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Old 07 January 2009, 09:07   #1
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Your outboard catches fire. What would you do?

Someone mentioned this on another forum and it occurred to me that I don't actually have a clue what to do if this happened. Suggestions?
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Old 07 January 2009, 09:19   #2
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Daft answer - jump off boat & start swimming away ( i've seen it done)

Sensible answer - call a quick mayday ( you can always cancel it & if it goes really wrong the boys in big orange boat are on thier way - you'll probably need a tow anyway !) .If you can , turn off the electrics & get the petrol pipe off ( cut or pull hard ! ) - get the fire extingusher ( which is of course easily to hand ) try & spray it in the inlet of the cowl. If it doesnt work that way - either stand at the other end of the boat , or keep trying if it seems to be working until its out / or the cowl melts & you can get it proper ( by which time you extingusher is probably empty).

Thats my best guess - what you are supposed to do is probably something differant
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Old 07 January 2009, 09:27   #3
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Fire extinguisher? A bucket would work better and there tends to be plenty of stuff around to fill it with.............................
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Old 07 January 2009, 09:28   #4
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Quote:
Originally Posted by Nos4r2 View Post
Someone mentioned this on another forum and it occurred to me that I don't actually have a clue what to do if this happened. Suggestions?
Here would be my plan - not saying its right - just what I would currently do:

  1. Turn off engine at ignition
  2. Get all crew as far from engine as possible
  3. Hit red DSC distress button on radio if fitted
  4. Disconnect the fuel line (mine unclips at tank)
  5. Discharge fire extinguisher in through engine air intake assuming fire not so bad that getting close is not possible, (do not remove the engine cover).
  6. Make voice distress call to CG (or if fire out it might be to downgrade the mayday to a panpan).
  7. If suspect electical fault isolate battery (accessed at front of console)
  8. Drop anchor if sensible to do so, and await rescue.
  9. If fire gets worse consider dumping fuel cans overboard (with vents sealed) or even going overboard myself.
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Old 07 January 2009, 09:38   #5
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Use the Fire Extinguisher that, as a really competent boater, you have always had on your RIB for just such a situation !!!!!
Seriously though, fight the fire for ONLY as long as it is safe to do so, fires fuelled by petrol usually develop very quickly and can easily result in an explosion which is very likely to cause serious injury.
Consequently, and depending on the specific situation, it is often necessary to consider "abandoning ship" and distancing persons from the hazard if other conditions are favourable.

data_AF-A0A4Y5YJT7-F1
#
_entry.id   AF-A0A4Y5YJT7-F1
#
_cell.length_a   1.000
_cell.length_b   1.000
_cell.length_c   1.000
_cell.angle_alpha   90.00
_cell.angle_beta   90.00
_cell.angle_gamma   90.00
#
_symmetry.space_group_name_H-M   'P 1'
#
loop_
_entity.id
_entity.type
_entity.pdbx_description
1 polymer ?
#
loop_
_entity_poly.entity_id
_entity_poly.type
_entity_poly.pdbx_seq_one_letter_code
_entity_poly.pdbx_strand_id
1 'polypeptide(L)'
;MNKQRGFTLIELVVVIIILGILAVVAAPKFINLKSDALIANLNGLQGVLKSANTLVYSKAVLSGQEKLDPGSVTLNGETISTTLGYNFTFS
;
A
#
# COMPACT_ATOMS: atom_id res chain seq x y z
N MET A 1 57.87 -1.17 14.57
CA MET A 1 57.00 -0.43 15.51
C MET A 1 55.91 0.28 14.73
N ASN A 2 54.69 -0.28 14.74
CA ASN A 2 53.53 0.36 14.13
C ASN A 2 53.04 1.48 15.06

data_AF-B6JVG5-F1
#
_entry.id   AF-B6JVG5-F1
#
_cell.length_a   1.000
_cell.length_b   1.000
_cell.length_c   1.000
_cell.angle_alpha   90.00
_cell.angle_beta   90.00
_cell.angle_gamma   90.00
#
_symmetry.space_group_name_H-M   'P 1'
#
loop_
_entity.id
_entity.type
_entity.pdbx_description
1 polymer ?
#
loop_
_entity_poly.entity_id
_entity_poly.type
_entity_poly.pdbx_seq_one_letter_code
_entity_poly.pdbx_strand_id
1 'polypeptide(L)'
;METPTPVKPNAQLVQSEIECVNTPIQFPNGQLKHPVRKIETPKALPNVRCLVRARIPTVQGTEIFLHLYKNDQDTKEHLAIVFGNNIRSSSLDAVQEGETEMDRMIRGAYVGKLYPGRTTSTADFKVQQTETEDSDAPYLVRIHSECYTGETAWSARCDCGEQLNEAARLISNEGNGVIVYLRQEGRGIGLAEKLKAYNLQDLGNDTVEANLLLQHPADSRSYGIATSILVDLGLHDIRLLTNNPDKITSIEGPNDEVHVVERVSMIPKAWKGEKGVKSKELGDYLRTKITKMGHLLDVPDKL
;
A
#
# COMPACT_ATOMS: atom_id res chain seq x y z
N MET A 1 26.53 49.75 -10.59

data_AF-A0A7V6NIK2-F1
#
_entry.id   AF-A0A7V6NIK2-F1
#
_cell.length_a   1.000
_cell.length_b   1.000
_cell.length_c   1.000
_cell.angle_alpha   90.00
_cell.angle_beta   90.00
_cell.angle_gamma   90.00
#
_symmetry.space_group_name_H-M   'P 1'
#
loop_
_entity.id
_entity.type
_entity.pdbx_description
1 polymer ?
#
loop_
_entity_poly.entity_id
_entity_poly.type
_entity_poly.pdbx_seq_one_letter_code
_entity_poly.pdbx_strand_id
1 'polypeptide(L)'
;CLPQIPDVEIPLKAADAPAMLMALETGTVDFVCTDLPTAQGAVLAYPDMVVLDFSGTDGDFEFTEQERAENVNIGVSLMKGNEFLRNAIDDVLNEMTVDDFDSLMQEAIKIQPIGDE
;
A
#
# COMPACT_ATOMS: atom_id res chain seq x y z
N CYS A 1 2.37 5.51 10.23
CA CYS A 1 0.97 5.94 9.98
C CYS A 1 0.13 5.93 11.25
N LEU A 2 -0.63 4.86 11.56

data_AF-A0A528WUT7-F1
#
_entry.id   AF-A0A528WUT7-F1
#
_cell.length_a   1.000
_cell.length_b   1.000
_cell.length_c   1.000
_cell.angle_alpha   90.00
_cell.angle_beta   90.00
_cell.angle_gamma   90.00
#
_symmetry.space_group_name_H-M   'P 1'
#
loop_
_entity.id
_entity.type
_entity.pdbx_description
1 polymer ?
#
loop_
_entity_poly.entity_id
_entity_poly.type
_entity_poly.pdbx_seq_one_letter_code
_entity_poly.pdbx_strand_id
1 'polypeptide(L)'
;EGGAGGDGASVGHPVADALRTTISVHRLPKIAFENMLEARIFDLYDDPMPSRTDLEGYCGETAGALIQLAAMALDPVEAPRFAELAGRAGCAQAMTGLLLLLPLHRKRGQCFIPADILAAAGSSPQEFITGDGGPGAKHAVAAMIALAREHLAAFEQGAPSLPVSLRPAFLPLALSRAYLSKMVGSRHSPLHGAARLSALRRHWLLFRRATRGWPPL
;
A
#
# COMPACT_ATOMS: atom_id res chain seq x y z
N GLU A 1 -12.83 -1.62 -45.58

Obvously, an early PAN/PAN or MAYDAY call should also be considered.
Every incident is different and actions will depend on the actual situation at the time.
Finally, prevention is the best option, make sure all fuel is properly stored and managed and that all possible spark sources (Electrical and Naked Flame) are eradicated. Fire at sea IS a nightmare !!!!!
Hopefully, a professional firefighter might comment on this issue.
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Old 07 January 2009, 09:52   #6
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It was featured on a sea safety cd that I recieved from the RNLI once. Will try and find it.
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Old 07 January 2009, 09:55   #7
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Found it online:

http://www.rnli.org.uk/upload/comple..._up_safety.htm

click on the black rib, bottom right. Then click navigate, emergencies, then fire.

Theres some nice videos if you click 'firefighting'.
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Old 07 January 2009, 10:08   #8
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Ok, given what the RNLI say,

1) How many of us have a CO2 extinguisher onboard? I don't -mine's dry powder and I doubt it'd work very well like that(though now looking for a small CO2 to replace the powder)

2) How do you get to the air intake like that on a pitching and rolling boat without going in yourself?
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Old 07 January 2009, 10:13   #9
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Fire extinguisher? A bucket would work better and there tends to be plenty of stuff around to fill it with.............................
You are joking about using water on a gas fire... I hope!
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Old 07 January 2009, 10:39   #10
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An ounce of prevention...

I believe most outboard fires are the result of leaking oil etc. coating the block and then igniting when the block gets very hot or there is an short of some kind. This happened to a guy I know who had an old beater mariner 60 years ago. If the engine is kept clean, the risk of a fire is pretty small I imagine...

I little "Gunk" can go a long way...
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